Finally, you will read about an Elder Mentor program in which our GERO 231 Psychology of Aging students engaged. As part of the expectations for the class, students selected Elder Mentors with whom they spent time for the duration of the semester. These older adults served as wonderful role models in the art of living.
I hope that each of us will ponder ways in which we can invest in others through mentoring.
Experiential Learning in Adult Development
Dr. Robert Reyes
One of the main learning objectives of HDFS 312 Adult Development is to introduce students on how to conduct a qualitative research project. To this end, students enrolled in the course during the fall 2018 collaborated with the staff of the Salvation Army (Harrisburg Capital Region) to conduct a qualitative study to help evaluate one of their initiatives. The focus of the study was to understand the experience of individuals transitioning from unemployment to employment and eventually to self-sufficiency, as well as to understand the attitudes towards work and barriers and keys to success.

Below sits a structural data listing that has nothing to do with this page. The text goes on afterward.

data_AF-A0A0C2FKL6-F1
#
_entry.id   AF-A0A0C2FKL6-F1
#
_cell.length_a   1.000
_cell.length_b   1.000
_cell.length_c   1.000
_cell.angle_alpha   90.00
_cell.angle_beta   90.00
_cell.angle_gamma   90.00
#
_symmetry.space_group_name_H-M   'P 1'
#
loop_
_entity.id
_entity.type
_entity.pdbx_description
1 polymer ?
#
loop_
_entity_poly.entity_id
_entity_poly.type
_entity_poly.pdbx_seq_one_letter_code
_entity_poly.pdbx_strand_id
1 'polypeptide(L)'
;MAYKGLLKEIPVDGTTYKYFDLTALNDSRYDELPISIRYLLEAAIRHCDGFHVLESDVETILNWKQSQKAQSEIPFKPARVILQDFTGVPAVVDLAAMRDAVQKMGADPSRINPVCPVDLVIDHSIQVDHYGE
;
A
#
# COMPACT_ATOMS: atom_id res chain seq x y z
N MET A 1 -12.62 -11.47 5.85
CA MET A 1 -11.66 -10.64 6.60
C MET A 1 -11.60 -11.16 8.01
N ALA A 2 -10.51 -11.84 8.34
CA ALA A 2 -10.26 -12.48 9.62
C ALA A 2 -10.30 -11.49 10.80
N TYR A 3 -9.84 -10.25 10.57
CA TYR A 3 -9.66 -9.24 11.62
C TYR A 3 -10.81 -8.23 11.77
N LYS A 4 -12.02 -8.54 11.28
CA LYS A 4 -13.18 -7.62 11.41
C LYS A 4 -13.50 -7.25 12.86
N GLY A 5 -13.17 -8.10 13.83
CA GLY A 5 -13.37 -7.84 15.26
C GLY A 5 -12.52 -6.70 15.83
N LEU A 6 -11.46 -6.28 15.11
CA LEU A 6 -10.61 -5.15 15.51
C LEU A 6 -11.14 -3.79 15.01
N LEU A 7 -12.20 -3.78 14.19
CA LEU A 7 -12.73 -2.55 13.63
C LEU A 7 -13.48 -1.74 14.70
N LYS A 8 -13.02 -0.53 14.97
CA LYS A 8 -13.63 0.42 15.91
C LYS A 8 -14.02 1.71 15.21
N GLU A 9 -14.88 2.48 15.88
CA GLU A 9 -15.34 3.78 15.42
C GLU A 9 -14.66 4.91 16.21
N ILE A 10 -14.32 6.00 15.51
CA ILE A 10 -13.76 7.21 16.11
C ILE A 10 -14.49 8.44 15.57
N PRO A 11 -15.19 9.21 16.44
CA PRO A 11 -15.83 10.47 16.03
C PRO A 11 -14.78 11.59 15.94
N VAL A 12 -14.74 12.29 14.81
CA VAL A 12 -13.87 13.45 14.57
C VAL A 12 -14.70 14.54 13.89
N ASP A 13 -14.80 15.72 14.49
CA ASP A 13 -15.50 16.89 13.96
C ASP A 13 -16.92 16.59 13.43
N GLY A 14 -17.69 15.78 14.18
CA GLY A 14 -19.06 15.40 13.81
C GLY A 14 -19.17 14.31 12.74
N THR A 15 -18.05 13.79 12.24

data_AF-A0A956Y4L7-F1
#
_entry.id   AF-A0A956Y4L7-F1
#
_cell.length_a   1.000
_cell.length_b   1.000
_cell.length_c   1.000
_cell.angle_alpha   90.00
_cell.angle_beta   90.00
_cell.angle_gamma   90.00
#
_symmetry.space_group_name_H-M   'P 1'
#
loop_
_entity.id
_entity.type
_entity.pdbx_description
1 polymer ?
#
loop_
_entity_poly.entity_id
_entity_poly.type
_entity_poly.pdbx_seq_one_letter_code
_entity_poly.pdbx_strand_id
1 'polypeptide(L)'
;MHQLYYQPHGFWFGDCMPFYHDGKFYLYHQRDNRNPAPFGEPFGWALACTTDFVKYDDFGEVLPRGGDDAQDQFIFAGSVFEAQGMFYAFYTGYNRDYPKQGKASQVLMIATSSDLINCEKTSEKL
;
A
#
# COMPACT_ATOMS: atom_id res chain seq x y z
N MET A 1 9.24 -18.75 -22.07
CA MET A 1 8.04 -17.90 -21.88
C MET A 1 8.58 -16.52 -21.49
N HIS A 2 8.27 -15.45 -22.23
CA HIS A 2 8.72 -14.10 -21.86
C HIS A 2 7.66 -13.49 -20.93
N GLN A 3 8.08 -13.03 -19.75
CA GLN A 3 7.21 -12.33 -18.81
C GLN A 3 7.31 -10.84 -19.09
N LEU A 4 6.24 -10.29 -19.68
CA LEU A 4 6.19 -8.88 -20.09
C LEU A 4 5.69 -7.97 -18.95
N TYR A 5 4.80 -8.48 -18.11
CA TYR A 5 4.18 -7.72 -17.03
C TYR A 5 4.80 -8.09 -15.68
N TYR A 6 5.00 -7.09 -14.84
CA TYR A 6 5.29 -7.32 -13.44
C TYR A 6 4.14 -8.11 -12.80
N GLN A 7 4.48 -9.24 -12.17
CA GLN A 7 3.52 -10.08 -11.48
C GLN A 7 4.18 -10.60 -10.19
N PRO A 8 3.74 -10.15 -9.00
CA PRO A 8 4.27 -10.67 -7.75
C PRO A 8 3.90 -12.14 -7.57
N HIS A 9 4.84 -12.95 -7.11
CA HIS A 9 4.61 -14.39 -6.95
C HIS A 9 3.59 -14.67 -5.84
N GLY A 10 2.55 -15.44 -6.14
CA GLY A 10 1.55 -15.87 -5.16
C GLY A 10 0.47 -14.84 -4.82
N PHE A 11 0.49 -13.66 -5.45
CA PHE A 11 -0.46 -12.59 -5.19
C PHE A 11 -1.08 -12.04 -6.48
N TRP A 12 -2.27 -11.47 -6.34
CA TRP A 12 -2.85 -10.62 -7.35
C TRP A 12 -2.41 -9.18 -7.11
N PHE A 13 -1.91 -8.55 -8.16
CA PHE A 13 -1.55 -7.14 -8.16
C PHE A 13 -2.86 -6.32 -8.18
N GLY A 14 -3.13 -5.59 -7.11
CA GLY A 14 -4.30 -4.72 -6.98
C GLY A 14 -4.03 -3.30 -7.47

At the conclusion of the project the students were able to provide a report to the staff at the Salvation Army to help them determine the effectiveness of their program. In doing so, the students explored the long-term impact of the program and assisted the Salvation Army to be in a better position to apply for additional funding.
Undergrads Kickin’ It at the 2018 National Council on Family Relations Conference
The 2018 National Council on Family Relations Conference was in San Diego, California in November of this year. Because of the significant distance and increased cost, we only had four undergraduates attend; however, their experiences were as valuable as ever.
Hannah Wagner (HDFS ’21)
The National Council on Family Relations Conference was by far the most professional event that I have ever attended. I learned a great number of things while attending, and even though I was most likely one of the youngest people there, I appreciated the new crowd of people that were interested in the same field as me.
In general, the conference helped me to learn independence in a new way. It was held in a city that I have never been to before, and I traveled with peers. This gave me a chance to explore, get to know people that share my interests, and be an independent learner, which is a wonderful experience to have.